Recent Summary and Plans for March

The BookDepository

I’ve had a stressful few months, but things are beginning to fall into place and I’m starting to read again. We’ve found a beautiful old house in Worcestershire and now have to wait patiently until we find a buyer for our current property – when I’m sure everything will become manic again! 

I’ve not had enough reviews to do a monthly summary for a while, so this collection goes back a few months. Hopefully it will remind you how amazing Home is Burning by Dan Marshall is. It hasn’t received the attention it deserves, but if you like powerful, emotional books that aren’t afraid to be brutally honest then you need to get hold of a copy!

Home is Burning 

Home is Burning by Dan Marshall 

The Good Earth by Pearl Buck 

Death and Mr Pickwick by Stephen Jarvis 

Counting Sheep by Philip Walling 

News From Nowhere by William Morris 

Neurotribes by Steve Silberman 

The Getting of Wisdom by Henry (Ethel) Handel Richardson 

The Little White Horse by Elizabeth Goudge 

The Mountain Shadow by Gregory David Roberts stars21

Plans for March

I’m not going to make ambitious plans, but I hope to catch up with my reviewing by giving brief thoughts on these books:

Everything is Teeth by Evie Wyld

Meatspace by Nikesh Shukla

Black Milk by Elif Shafak

When the Floods Came by Clare Morrall

I then hope to read most of these, some of which I’ve already started: 

The Forgetting Time by Sharon Guskin

Stork Mountain by Miroslav Penkov

War of the Worlds by HG Wells (because the 150th anniversary of his birth is coming up and I really should read it before I leave Surrey)

The Best Thing That Can Happen To A Croissant by Pablo Tusset

I hope that you’ve had a lovely February!


Send to Kindle

12 Comments

  1. Meatspace has been on my list for a while. He’s a funny guy.

    1. Jackie says:

      Tanya, Yes, his book is very similar in tone to his tweets. If you enjoy his tweets, you’ll love Meatspace :-)

  2. Priscilla says:

    Wow, new Evie Wyld, and I still haven’t managed to read her first two! I should try to remedy that soon….

    1. Jackie says:

      Priscilla, This is Evie Wyld’s first graphic novel – very different from her other books and only takes an hour to read – perhaps you should sneak it onto the front of your list so you can say you’ve read her!!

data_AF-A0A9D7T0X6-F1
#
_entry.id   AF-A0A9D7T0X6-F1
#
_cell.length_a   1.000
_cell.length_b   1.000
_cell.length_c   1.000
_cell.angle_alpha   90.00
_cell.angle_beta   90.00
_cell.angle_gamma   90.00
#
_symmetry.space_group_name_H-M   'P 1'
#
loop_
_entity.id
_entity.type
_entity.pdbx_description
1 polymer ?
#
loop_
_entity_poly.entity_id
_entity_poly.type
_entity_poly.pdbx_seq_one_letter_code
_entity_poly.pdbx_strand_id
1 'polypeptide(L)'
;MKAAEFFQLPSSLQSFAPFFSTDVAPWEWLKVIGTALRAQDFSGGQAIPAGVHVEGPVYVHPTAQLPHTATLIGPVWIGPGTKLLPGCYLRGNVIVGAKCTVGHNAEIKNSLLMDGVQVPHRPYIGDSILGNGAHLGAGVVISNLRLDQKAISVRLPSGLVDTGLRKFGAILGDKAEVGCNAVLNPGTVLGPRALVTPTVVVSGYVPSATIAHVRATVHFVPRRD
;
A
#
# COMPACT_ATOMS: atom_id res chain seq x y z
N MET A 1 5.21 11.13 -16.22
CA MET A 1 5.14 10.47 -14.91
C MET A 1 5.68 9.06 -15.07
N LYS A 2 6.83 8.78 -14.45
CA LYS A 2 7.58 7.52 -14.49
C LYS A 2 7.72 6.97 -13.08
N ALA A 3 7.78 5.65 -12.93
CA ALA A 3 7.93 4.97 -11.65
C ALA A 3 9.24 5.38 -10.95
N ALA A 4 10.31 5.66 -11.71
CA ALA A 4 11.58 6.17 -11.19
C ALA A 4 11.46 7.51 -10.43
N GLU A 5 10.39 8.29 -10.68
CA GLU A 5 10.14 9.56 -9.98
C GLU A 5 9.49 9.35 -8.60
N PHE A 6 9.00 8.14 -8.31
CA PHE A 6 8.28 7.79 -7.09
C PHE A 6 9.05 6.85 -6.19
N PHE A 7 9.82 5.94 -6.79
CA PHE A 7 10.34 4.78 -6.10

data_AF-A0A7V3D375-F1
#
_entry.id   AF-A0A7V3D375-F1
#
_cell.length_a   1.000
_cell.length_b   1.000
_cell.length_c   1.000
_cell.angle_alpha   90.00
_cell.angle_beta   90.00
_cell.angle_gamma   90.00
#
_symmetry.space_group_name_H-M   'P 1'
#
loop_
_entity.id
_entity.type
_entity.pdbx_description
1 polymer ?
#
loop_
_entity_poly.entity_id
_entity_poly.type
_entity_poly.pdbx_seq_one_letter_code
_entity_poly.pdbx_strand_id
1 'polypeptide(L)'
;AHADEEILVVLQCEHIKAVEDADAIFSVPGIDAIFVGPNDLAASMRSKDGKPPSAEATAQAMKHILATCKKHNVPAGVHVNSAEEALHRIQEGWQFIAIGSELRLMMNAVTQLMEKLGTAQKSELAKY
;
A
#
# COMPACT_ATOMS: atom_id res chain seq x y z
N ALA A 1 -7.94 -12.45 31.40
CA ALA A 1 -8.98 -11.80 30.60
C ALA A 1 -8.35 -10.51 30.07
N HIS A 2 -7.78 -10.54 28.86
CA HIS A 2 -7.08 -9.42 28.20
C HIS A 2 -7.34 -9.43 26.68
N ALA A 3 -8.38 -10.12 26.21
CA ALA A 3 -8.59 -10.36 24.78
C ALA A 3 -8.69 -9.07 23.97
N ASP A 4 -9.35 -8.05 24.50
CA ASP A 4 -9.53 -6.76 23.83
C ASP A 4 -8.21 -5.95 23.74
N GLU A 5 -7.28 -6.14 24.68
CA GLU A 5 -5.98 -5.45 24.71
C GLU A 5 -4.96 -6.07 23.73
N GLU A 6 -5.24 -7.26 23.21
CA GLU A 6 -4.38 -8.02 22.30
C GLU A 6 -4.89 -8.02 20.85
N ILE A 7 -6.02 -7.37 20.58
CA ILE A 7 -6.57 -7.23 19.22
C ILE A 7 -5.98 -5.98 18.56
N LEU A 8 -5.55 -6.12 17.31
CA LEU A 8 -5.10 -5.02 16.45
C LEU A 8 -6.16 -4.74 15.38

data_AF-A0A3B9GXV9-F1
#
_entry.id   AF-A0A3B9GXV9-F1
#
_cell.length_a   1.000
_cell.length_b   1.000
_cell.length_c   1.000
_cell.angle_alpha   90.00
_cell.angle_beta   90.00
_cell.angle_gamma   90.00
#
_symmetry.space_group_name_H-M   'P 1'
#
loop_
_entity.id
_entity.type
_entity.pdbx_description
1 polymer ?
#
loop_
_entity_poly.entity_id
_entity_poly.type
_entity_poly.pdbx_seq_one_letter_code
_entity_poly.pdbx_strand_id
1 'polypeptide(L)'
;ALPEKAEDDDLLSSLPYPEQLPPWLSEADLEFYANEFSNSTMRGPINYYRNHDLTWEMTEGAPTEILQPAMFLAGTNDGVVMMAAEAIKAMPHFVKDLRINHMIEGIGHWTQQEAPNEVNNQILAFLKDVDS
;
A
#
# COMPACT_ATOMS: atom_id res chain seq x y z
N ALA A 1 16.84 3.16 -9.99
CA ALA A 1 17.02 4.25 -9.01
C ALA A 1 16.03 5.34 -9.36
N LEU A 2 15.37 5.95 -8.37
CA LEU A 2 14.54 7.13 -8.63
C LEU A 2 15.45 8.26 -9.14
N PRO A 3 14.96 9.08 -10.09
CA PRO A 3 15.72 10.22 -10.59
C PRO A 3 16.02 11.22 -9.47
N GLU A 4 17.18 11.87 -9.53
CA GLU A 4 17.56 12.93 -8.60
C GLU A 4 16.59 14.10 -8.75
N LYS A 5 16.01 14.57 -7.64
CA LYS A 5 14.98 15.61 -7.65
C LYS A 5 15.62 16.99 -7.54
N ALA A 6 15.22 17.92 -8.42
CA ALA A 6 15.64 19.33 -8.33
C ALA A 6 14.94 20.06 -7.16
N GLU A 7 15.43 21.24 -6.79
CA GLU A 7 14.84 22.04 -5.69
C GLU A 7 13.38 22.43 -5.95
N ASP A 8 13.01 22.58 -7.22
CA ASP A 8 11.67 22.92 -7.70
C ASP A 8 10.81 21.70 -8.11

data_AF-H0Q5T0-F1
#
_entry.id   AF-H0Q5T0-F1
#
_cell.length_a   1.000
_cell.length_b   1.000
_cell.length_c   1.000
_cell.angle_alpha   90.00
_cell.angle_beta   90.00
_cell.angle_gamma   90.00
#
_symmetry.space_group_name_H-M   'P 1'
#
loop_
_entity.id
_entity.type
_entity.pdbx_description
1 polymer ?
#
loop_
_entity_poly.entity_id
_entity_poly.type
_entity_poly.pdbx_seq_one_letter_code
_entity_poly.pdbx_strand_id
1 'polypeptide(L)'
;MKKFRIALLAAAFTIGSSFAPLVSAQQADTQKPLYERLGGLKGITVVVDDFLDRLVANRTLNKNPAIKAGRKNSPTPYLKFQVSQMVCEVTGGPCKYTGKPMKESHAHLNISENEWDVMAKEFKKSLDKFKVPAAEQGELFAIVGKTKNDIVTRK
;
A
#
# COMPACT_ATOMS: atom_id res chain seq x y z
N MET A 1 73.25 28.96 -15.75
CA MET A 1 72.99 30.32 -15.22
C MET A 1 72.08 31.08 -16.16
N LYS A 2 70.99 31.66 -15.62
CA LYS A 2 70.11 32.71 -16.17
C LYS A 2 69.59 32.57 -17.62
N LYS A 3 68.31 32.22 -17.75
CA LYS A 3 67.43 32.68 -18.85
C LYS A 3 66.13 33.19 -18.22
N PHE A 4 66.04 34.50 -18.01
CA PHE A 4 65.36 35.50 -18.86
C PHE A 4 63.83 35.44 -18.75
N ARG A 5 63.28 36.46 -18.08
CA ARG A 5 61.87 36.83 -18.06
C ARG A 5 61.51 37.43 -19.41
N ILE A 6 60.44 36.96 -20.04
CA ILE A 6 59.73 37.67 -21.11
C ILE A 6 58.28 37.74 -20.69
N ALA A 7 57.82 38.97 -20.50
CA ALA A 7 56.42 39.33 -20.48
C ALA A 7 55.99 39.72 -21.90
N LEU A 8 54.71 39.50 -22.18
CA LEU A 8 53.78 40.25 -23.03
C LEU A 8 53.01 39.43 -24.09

3. Alex says:

    I have yet to read Evie Wyld, but one of her earlier books is on a book group list for April so it’s good to know that if I get the bug there will be a new one to look forward to. The Clare Morrall is also on my list as she is a local author and I like to support her. Don’t forget to let me know when you’ve moved. There is a very nice tea shop in Alcester that I think would be a good meeting place.

    1. Jackie says:

      Alex, I look forward to seeing what you think of Evie Wyld – I bet it makes a great book group discussion. Tea in Alcester sounds great – I look forward to it!!

  4. Kailana says:

    Sorry things have been stressful. I hope they continue to get better. :)

    1. Jackie says:

      Thanks for the kind words.

  5. David says:

    I must get around to reading Clare Morrall’s new book as I thoroughly enjoyed her first three books but haven’t read her since.

    That’s great that you’ve found your ideal house – fingers crossed it all works out for you.
    I’ve had a manic couple of months too (I have a ridiculous amount of work to get through before mid-April with the children’s book I’m currently illustrating) which has seriously impacted the amount of reading I’m getting through. I’ve only read five novels so far in 2016, with the stand-out being Elizabeth Strout’s beautiful new book ‘My Name is Lucy Barton’, possibly my favourite of hers to date. I also very much enjoyed David Malouf’s 1975 debut novel, ‘Johnno’.
    I’ve still been getting through as many short stories as usual as I have time set aside for reading stories first thing in the morning and have in the past couple of months read some wonderful collections by Rohinton Mistry (I’d had ‘Tales From Forozsha Baag’ sitting unread on my shelf for twenty years!), Lily Tuck, Marisa Silver, Suzanne Rivecca and Joyce Carol Oates.

    Hope you find time for more reading before everything becomes manic again!

    1. Jackie says:

      David, I haven’t tried ‘My Name is Lucy Barton’ yet, but I’m sure it will be on the Baileys longlist next week, so I should probably give it a try before then. Glad to hear you enjoyed it so much.

      I’m afraid the Morrall isn’t up to her usual standard. Her debut, Astonishing Splashes of Colour’, was the best by a long way. If you have only read her first three then I recommend reading ‘After the Bombing’ over her new one.

      Good luck with the final stages of your illustrations!

  6. Moving house! Strikes terror in my heart – particularly the selling part! Our last experience was pretty bruising (19 years ago) and I know we’re going to have to downsize in the next decade. I want a fairy godmother to wave her wand and just move me! Good luck with your move. I bet it will be better than mine.

    Evie Wyld … didn’t know she had another out.

  7. Diane says:

    Good luck with the sale of your house and on finding a new place. Moving is exciting but,stressful.

Leave a Reply